A Full-Time Working Mom’s Guide to Successful Pumping!



Today I’m excited to share another breastfeeding story! Our first one was such a success that I’ve decided to make this an on-going series covering any and everything about breastfeeding. Email me if you have something to share. (Info@themamanotes.com)

Pumping is a topic I think most women have such mixed feelings about — while it gives you the freedom to work, take trips, have a social life, it’s also a serious PAIN! I don’t have personal experience with full-time pumping. I work from home and while I did pump every day it was nothing like what most full-time working mothers go through by any means. So I’m excited for Courtney to share her experience and tips today. Courtney works full-time in the male dominated tech industry in Silicon Valley.

(I couldn’t help but share the photo above of my friend Morgan who posted this on Instagram – she didn’t write this article, but it was so relevant and powerful I asked her if I could post it here to accompany the story.) 

I’ve been following Caitlin’s blog and instagram for a while but ever since she had Piper, I can’t enough. My daughter is 3 weeks younger and even though we live on opposite sides of the country, I can’t help but relate to almost everything Caitlin posts. Picky toddler tastebuds? Yep, we’ve got them. Napping issues? Same here. A love of breastfeeding? 100%..and that’s what leads me to write this post today! — Courtney Hart 

So you’re heading back to work. You might fall into the group that is absolutely dreading the thought of leaving your baby or you might be looking forward to a little more structure during the day, whatever your mindset, going back to work after having your first baby is no easy feat.

Sixteen months ago I was in the same boat. I had figured out my childcare situation, run through the various commute scenarios I would come across on any given day, and had communicated with my team about my return, but one thing still weighed heavily on me — for the first three and a half months of my daughter’s life she had been exclusively breastfed. Was going back to work going to end one of the most precious things happening in my life? Not without a fight, I told myself.

Because I felt so passionately about breastfeeding after returning to work, I decided to research and research and do some more research on the topic. That’s why today I wanted to share some of the things I learned along the way. Because you might be surprised, there’s not many success stories on the internet about this topic.

So like I said, I returned to work 16 months ago when my daughter was just an itty bitty 3.5 month old. At that point milk was her only source of nutrition so making sure I produced enough for three bottles a day was my goal. That meant 2-3 pumping sessions everyday.

Things I learned that both saved me time and my sanity.

  1. Refrigerate your pump parts – I know that might sound gross to some but from all my research this is key and completely safe so long as your wash them thoroughly each night. I was lucky enough to return to work at a place that has a dedicated mothers room equipped with its very own mini fridge. I brought a small soft cooler with me which I would pack with my milk and pump parts throughout the day.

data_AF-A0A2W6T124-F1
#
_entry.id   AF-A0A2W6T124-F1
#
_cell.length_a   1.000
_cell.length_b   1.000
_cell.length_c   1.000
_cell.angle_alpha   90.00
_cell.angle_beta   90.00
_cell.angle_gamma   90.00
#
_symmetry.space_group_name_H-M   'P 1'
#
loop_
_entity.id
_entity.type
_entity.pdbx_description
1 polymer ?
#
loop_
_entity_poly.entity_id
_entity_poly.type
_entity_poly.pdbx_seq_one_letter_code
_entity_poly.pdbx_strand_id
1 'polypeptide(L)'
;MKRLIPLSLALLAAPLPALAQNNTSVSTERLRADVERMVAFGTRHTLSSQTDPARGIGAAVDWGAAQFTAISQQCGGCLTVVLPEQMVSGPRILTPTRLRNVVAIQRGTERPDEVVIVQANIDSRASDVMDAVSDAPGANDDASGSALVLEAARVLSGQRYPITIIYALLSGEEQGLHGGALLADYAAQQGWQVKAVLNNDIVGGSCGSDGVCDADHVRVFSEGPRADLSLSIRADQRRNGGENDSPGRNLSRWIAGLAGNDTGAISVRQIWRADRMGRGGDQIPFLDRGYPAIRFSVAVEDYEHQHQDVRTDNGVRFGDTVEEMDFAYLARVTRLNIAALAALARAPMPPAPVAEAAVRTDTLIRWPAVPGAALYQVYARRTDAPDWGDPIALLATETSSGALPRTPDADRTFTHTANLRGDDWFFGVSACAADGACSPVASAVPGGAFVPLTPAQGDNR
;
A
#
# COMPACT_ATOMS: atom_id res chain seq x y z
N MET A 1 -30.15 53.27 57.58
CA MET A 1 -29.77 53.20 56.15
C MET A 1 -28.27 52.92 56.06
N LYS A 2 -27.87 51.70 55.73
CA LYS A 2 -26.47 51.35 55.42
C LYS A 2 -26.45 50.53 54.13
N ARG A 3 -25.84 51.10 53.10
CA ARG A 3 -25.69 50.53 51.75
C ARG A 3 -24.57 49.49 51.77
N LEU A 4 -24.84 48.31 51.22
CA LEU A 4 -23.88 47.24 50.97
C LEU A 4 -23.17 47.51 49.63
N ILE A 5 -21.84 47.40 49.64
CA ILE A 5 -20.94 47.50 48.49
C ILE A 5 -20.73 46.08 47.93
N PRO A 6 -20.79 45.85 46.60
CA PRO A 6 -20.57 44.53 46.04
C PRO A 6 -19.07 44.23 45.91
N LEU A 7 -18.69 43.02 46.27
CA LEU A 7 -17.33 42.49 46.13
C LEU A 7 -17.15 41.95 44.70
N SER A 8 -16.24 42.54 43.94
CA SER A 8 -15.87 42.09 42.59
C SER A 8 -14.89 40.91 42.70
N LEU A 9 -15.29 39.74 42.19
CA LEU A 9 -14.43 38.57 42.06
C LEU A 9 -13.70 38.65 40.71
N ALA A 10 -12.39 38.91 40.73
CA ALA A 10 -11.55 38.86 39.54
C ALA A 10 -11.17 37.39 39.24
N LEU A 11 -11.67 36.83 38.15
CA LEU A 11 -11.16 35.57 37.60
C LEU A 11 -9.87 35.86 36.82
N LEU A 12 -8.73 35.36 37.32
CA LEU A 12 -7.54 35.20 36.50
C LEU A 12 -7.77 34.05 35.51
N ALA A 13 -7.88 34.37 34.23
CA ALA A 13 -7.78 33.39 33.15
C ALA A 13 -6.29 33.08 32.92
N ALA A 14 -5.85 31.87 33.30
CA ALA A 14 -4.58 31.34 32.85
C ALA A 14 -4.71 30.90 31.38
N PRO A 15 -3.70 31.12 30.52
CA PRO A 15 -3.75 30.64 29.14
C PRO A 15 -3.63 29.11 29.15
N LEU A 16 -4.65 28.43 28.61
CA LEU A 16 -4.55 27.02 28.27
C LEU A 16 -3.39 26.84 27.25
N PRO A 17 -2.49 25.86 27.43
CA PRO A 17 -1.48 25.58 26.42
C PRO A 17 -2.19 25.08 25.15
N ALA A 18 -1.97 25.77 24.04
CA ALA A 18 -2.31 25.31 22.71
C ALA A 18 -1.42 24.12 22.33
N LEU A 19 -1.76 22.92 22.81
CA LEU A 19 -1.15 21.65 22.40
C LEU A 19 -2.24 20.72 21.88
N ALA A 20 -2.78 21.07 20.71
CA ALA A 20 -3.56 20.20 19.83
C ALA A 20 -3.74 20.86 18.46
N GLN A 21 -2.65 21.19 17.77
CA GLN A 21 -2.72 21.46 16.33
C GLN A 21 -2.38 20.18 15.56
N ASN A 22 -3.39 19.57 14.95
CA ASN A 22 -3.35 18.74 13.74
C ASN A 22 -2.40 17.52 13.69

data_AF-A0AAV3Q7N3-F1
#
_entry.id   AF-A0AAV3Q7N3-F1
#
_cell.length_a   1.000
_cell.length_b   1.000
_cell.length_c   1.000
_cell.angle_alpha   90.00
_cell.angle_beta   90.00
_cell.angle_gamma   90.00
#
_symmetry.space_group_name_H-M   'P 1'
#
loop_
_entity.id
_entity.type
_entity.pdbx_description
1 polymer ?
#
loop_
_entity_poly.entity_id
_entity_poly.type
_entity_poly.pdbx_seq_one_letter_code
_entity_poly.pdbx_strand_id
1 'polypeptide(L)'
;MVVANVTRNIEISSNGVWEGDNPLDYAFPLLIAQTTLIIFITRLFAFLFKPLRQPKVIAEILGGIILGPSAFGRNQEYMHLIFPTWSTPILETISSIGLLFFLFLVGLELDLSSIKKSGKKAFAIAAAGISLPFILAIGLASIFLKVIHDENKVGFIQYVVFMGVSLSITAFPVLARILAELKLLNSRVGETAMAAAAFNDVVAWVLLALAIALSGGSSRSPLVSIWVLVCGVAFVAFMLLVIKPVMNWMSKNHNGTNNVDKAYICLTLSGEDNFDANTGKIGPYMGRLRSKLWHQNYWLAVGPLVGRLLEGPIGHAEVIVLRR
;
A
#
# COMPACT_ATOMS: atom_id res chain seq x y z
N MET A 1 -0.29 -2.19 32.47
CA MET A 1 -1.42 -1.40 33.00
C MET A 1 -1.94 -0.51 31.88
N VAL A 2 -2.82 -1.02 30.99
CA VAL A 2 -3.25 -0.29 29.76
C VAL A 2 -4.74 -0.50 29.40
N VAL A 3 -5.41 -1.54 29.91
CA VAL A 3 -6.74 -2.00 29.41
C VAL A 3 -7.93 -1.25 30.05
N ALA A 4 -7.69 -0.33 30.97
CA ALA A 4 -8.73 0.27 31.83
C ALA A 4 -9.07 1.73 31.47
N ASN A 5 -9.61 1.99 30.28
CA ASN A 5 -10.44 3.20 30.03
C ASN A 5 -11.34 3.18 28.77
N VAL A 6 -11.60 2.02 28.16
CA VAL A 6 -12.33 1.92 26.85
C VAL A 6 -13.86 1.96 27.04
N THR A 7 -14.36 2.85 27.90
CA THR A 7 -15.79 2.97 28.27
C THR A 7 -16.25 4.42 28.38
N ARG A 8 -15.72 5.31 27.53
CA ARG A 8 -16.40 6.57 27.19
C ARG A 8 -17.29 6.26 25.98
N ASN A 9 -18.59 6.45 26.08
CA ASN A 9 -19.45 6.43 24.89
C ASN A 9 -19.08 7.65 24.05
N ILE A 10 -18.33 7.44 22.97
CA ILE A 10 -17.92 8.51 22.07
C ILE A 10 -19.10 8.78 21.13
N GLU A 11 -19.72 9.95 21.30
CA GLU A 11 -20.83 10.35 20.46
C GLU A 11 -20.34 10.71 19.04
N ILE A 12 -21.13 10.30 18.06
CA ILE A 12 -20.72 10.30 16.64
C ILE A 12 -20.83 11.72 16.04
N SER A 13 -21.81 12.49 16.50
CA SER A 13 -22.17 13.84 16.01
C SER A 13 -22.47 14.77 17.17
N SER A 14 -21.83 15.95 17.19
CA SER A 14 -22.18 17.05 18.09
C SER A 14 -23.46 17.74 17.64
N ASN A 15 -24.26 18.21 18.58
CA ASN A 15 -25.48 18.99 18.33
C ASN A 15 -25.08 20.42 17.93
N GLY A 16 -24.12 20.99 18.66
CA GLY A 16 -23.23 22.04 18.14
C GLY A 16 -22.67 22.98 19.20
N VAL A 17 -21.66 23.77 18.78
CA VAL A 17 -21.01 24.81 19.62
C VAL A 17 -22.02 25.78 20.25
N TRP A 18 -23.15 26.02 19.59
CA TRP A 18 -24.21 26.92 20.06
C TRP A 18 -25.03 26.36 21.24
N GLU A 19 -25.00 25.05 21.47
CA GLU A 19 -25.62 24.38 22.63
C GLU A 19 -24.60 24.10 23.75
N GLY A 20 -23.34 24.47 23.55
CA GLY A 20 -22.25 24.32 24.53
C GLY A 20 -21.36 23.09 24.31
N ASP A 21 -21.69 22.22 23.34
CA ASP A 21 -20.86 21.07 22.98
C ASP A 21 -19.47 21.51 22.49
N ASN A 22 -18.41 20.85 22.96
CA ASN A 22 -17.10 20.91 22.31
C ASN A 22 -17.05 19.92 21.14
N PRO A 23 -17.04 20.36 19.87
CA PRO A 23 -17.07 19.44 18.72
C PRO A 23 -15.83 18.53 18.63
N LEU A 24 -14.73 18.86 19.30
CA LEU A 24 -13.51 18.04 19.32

2. Always have a second set of everything – Trust me on this, even the most veteran mom may be at risk of a pump failure. Amazon sells kits of extra pump supplies, buy this and keep it on your pump bag! You never know when a membrane might go haywire or a valve gets too loose.
  3. Calendar your pumping breaks – I put each and every pumping break on my calendar. I booked 30 minutes each time. That gave me enough time to walk to the mother’s room, set up my pump, pump for 15-20 minutes, put everything away, and walk back to my desk. Those calendar blocks were essential since no one could request my time without asking me first.
  4. Stock up on photos and videos of your baby – Watching videos or looking at photos of your baby can actually help you release milk faster. Plus what new mom doesn’t want to stare at their baby all day?
  5. Take advantage of your let down button – Try to get two let downs per pump break by using the let down button to your advantage. As soon as you see your milk stop flowing, hit the button again. It may not work every time but some of my best pumps were from using this trick.
  6. Keep a sense of humor – One of the things I dreaded most about returning to work and pumping was that the mother’s room is positioned directly across our sales floor. The majority of our sales floor is made up of guys in their 30s, most of which do not have kids. It felt uncomfortable to start but after a couple weeks people were asking if they could store their food and friday beers in my fridge. I obliged, with a stern warning if they messed with my milk I’d freak, and we eventually ended up laughing at the random assortment that might be in the fridge on any given day.

So on July 29, 2016 I hung up my pumping parts. My baby would be turning one in the next week so I had made my goal. It was a challenging year with so many extra dishes and the never ending feeling of “forgetting something” but it was also an amazing accomplishment. So if you’re returning back to with the hope of breastfeeding, I wish you nothing but success and hope the few tricks I shared will help you.

First image by Morgan of Shop Buru and second image by  my friend, a working- pumping mama- Elizabeth 




A Full-Time Working Mom’s Guide to Successful Pumping!



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